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Build to Rent: Is the UK the 51st state?

by | Nov 29, 2017

Some lessons from CBRE’s inaugural Build To Rent conference, a standing-room-only affair looking at what lessons the UK private rented sector can learn from the US ‘multifamily’ experience.

I’m just back from CBRE UK’s inaugural conference on the emerging UK ‘build to rent’ residential market recently, organised by our residential capital markets team. Build to rent is a small but surging property investment proposition, driven by a major shortage of affordable property to own. Thus, younger professionals are forced to rent, and this high demand is causing rents to rise strongly in many markets. However, many renters are making a virtue of necessity, deciding that if they must rent, they will not tolerate shoddy management and bad design.

Enter our American cousins. If there’s one thing that the Americans understand, it’s the importance of service and choice in renting. The American ‘multifamily’ real estate sector is large and mature. So, this first conference explored what the UK is learning from the States, whether we are following the US model, and how US businesses have fared in the UK market. And we invited a crowd of Americans clients and CBRE colleagues over to help us understand. Are we turning into the 51st state, or are we doing things in our own British way?

Here are three things Scott Cabot (our UK Build To Rent researcher, who has blogged about his own findings here) and I learnt on the day.

  • Within London particularly, there’s a tension between planning policy and delivering the right stock to customers, with different views about what’s needed locally. Our US guests sometimes found it difficult to adapt to the UK’s style of land use regulation.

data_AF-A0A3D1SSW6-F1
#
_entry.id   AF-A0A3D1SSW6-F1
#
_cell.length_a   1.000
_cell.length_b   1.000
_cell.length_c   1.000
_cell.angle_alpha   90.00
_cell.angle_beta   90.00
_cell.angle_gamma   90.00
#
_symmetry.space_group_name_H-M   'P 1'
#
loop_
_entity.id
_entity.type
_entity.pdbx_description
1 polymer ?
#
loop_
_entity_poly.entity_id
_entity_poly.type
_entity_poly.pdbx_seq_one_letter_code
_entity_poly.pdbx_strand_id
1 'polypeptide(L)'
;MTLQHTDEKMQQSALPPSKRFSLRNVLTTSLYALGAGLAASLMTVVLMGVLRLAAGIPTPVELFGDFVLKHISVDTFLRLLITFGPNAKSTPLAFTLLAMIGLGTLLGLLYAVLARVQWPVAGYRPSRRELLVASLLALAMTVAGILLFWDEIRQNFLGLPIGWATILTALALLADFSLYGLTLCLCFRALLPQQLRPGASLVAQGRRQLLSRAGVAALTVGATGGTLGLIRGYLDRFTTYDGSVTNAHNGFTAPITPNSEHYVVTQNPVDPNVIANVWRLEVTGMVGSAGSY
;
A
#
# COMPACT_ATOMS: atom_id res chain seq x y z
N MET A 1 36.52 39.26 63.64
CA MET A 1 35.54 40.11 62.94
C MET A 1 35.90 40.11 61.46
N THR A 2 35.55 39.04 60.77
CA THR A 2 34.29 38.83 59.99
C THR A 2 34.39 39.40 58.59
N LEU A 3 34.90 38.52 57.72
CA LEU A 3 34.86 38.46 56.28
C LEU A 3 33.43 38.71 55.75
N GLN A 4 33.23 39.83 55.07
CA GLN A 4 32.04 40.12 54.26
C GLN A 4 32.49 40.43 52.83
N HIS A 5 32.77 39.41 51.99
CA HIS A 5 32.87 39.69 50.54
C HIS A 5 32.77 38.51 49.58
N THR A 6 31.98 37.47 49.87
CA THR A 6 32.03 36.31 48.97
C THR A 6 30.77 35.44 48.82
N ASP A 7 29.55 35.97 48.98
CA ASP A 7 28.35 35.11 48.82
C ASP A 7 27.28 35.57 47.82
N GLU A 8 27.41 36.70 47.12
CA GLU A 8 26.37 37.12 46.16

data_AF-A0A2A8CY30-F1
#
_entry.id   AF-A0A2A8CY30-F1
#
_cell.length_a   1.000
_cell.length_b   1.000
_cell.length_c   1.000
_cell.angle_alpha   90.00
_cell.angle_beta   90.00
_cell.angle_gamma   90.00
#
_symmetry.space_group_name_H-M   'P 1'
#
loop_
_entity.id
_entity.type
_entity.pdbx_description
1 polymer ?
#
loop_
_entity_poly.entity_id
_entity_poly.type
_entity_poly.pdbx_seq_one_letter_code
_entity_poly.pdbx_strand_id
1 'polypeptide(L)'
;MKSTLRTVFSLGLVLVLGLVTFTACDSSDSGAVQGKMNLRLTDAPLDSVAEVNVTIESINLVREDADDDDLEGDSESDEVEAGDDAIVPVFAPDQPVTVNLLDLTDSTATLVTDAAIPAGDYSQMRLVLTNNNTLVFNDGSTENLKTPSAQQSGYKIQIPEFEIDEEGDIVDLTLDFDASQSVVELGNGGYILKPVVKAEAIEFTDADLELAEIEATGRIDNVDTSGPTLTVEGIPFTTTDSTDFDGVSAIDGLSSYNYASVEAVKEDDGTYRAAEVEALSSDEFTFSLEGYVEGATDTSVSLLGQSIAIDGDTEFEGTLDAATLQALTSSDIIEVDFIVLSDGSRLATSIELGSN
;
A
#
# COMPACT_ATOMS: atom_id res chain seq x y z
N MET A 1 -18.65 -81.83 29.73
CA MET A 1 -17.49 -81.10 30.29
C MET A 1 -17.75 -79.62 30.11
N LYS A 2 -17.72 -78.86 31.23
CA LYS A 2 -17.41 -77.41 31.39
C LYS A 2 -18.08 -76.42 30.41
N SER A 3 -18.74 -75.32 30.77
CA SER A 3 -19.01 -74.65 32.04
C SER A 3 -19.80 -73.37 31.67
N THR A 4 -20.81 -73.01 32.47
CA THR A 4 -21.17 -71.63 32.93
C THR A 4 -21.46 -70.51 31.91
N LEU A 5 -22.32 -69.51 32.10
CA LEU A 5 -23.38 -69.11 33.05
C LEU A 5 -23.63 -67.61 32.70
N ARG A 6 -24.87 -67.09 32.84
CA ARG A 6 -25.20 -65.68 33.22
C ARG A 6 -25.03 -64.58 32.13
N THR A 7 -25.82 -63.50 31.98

• The need to distinguish ‘multifamily’ or ‘build to rent’ from ‘renting’, as a different concept with a superior management offering. One US-based client argued that renters in the UK feel “disenfranchised” through lack of choice and are being very British by ‘putting up with it’. Yet word of mouth is helping some renters to understand what purpose built rental blocks can offer, and professionalising the sector could drive standards up more widely.
  • Amenities within a rented apartment block are crucial in the US model, but it’s not clear whether us Brits are ready for this. Renters might not understand or be willing to pay for them. So, our built to rent design consultancy team are finding designing for flexibility is critical.
  • UK developers can distinguish themselves by sticking to basics: providing good quality stock and a professional management offer. As Scott reported from Dallas, grade A (high amenity and expensive) stock in the US is now oversupplied and underperforming, with higher vacancy rates and lower rental growth, relative to grades B/C. Our US colleaguse also pointed out that grade B multifamily is currently one of the best performing asset classes in the US.

 

So, as is so often the case, the British are likely to adapt an American model to their own cultural and economic context. If we adopt it unthinkingly, or overspecify our product, we risk making some mistakes. And educating councils, customers and investors will be crucial.

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